Example 1: Health District of Northern Larimer County – Fort Collins, Colorado
Every three years since 1995, the Health District of Northern Larimer County has worked with local partners to conduct a robust community health assessment to identify the area’s highest priority health needs. However, the Health District is a geographical subdivision of the state of Colorado that only covers the northern two-thirds of Larimer County. Through changing the jurisdiction of their assessment, the Health District has been able to also meet the needs of the broader county. Dr. Bruce Cooper, the Health District’s Medical Director, noted that collaboration with several different partners, such as Larimer County Health and Human Services, United Way, the Larimer County Hospital, and the Centers for Disease Control and Prevention (CDC) enabled the assessment to be administered at the full county level.
The Health District uses multiple assessment methods, including focus groups, interviews, and surveys. In the past, survey administration was designed to reach a representative sample of the Health District’s adults. By obtaining supplemental resources from partners, Larimer Health District was able to administer additional surveys in order to also provide a representative sample for the southern part of the county.
For the most recent health assessment conducted in 2010, Larimer County also worked closely in a unique partnership with the Vector-Borne Disease division of the CDC. Sue Hewitt, Health District of Northern Larimer County Coordinator of Research and Evaluation, notes that this collaboration was cost-effective for both organizations. A couple of CDC questions regarding West Nile virus were incorporated into the Larimer County health assessment survey, and combining the resources allowed the surveys to be disseminated to a wider geographical area than either would have been able to reach separately.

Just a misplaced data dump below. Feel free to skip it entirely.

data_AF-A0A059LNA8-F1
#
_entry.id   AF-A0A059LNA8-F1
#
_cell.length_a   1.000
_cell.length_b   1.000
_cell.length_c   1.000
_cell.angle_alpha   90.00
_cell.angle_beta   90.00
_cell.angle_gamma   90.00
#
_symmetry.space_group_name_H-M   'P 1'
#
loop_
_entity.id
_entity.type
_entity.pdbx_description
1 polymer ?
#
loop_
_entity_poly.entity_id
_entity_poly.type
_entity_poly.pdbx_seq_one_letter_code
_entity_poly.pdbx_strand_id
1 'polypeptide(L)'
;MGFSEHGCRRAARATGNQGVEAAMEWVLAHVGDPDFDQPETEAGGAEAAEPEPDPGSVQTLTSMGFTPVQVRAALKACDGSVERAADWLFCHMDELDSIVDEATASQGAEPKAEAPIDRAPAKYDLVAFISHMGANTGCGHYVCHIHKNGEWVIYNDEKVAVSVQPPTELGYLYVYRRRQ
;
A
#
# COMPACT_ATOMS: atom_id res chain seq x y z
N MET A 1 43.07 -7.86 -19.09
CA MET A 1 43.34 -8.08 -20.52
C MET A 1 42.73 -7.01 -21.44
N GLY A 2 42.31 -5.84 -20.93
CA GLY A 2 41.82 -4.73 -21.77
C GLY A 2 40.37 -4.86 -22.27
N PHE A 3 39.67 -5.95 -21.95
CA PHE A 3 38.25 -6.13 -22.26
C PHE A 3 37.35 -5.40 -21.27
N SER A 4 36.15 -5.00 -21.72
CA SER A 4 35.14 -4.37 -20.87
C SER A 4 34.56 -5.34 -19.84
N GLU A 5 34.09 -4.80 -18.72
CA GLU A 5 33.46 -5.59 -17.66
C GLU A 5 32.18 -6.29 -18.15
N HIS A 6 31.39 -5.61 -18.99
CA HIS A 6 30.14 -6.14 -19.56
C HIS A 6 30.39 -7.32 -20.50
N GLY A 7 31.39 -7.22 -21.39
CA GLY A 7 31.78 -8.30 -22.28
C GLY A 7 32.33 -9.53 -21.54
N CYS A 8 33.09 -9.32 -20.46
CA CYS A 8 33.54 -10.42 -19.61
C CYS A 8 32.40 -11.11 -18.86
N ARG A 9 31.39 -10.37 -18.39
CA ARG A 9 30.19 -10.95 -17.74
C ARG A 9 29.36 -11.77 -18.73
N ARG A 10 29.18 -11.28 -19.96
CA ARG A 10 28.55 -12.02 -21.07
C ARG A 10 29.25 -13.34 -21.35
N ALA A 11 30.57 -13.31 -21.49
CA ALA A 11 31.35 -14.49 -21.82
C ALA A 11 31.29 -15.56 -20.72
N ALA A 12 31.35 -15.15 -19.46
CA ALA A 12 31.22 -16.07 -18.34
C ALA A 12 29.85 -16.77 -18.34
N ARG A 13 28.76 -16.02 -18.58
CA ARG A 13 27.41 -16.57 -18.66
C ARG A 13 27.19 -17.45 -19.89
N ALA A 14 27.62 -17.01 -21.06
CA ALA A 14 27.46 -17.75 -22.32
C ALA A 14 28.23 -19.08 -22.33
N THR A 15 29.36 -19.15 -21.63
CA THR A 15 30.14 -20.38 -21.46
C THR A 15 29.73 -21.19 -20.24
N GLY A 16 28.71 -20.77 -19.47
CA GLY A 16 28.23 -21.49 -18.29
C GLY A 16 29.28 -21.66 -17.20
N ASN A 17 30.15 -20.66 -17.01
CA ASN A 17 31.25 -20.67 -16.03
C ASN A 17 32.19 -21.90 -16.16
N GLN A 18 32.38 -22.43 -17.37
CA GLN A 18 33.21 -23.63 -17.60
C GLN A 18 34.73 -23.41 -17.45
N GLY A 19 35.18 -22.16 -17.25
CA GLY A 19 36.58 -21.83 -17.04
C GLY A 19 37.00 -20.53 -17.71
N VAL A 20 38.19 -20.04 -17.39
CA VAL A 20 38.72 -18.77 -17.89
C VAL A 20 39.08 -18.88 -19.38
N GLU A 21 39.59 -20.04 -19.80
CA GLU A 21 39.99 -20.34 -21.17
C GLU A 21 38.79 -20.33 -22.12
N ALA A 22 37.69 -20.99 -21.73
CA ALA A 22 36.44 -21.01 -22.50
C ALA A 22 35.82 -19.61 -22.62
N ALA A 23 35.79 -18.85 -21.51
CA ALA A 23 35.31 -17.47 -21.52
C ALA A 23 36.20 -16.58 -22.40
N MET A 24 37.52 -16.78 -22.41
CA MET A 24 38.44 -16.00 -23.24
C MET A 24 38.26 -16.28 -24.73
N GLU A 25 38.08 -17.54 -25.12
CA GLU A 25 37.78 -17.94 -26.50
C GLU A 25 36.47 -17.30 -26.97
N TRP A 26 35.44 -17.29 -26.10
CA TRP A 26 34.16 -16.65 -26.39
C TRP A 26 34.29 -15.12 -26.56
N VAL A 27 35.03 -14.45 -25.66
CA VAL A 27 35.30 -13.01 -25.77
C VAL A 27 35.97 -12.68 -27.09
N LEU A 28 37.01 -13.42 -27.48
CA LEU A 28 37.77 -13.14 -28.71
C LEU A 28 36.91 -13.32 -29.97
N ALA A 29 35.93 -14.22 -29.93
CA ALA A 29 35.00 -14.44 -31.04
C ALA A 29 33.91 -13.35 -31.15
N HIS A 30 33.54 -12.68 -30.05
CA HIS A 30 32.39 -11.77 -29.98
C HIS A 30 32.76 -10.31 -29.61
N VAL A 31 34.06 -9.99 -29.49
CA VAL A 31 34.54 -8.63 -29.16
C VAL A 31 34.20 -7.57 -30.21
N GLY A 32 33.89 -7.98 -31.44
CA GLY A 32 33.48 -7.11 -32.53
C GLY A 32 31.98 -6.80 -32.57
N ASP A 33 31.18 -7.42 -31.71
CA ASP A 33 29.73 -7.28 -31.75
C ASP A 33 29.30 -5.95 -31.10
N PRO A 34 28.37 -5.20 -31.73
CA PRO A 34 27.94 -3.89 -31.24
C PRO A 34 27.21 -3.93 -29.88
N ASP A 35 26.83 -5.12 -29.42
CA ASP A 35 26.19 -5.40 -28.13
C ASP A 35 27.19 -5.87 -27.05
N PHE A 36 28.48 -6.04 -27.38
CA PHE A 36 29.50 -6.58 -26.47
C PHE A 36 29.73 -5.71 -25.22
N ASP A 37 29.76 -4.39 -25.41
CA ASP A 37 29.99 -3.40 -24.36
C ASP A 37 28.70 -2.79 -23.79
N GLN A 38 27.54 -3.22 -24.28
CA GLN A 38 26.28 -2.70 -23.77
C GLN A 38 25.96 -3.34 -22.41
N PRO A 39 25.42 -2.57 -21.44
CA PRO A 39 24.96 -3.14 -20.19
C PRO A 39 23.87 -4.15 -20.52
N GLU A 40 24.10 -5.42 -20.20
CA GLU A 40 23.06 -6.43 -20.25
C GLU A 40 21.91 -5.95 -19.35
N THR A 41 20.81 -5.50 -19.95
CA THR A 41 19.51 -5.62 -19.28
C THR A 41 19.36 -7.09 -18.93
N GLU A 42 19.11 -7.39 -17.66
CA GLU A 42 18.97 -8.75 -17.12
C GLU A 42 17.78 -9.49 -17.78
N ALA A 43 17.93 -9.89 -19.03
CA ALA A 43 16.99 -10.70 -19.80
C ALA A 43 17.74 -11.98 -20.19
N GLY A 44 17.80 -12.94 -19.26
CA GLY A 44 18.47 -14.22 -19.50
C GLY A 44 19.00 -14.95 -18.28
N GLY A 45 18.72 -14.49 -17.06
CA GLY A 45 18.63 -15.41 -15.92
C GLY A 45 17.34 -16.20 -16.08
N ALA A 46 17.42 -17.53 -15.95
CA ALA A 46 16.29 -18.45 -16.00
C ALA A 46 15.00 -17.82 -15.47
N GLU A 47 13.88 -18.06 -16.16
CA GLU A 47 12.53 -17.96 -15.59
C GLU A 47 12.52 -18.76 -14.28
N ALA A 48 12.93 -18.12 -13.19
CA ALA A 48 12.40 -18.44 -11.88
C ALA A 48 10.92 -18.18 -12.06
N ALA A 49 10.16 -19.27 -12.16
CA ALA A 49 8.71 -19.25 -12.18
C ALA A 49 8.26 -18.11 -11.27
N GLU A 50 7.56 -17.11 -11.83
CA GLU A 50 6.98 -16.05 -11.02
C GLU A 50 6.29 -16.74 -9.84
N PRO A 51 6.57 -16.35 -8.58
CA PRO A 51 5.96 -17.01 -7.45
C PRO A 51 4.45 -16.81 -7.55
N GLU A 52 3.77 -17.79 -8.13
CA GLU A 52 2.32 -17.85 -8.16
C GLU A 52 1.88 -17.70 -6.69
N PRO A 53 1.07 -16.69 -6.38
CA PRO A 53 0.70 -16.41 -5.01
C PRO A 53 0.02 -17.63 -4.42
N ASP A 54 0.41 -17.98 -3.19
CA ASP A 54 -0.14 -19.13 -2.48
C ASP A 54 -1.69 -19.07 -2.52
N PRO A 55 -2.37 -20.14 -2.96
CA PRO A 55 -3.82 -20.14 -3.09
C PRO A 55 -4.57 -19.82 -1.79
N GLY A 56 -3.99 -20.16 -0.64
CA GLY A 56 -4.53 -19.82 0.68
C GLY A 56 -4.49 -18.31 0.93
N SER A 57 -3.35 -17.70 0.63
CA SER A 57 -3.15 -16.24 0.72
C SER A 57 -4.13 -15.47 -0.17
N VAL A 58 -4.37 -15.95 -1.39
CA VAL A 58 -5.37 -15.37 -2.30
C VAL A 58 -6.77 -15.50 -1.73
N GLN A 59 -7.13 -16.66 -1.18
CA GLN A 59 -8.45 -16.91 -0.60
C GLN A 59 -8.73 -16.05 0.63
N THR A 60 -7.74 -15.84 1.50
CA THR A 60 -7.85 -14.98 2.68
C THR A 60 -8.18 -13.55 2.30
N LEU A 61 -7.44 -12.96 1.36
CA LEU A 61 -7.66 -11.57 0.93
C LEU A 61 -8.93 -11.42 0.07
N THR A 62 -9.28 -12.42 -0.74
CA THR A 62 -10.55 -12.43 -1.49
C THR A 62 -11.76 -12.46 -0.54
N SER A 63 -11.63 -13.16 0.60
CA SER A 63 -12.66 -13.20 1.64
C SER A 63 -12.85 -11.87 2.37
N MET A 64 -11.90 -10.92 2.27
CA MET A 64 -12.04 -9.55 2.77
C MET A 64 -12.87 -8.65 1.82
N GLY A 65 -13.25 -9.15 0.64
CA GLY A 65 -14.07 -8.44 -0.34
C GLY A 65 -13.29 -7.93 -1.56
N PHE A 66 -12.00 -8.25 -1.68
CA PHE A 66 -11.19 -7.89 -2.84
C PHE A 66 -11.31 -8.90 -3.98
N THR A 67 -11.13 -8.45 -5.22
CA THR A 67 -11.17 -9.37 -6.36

Dr. Cooper noted that this year, the health district has been working closely with the hospital in planning the next survey, and given the hospital’s broader geographical boundaries, there is the possibility of combining the Larimer County survey with a similar survey from an adjoining county to establish an even broader geographic representation for the next assessment, due to take place in 2013.
Example 2: All Together for Health
“On a map, 24 contiguous municipalities just northwest of St. Louis resemble nothing more than a crazy quilt. And for decades, their governance and services were a patchwork, too. Each municipality—from the tiny, two-street Village of Glen Echo Park, population 160, to the neighborhood-sized City of Normandy, population 5,008—has its own government. That’s two dozen mayors and city councils and almost as many police departments in an area that spans almost 11 square miles, is home to 36,250 people, and is served by one school district.
More than half a decade ago, city leaders rose above their individual municipal identities and city charters, embracing an “all-for-one” approach. Calling themselves “24:1,” they first came together in the midst of the nationwide mortgage foreclosure crisis that threatened the health of individuals, families, neighborhoods, and entire communities. Today, the 24:1 municipalities strive to realize a unified vision: strong communities, engaged families, and successful children.” Read more about how these contiguous municipalities have spanned jurisdictions to determine community needs and take action.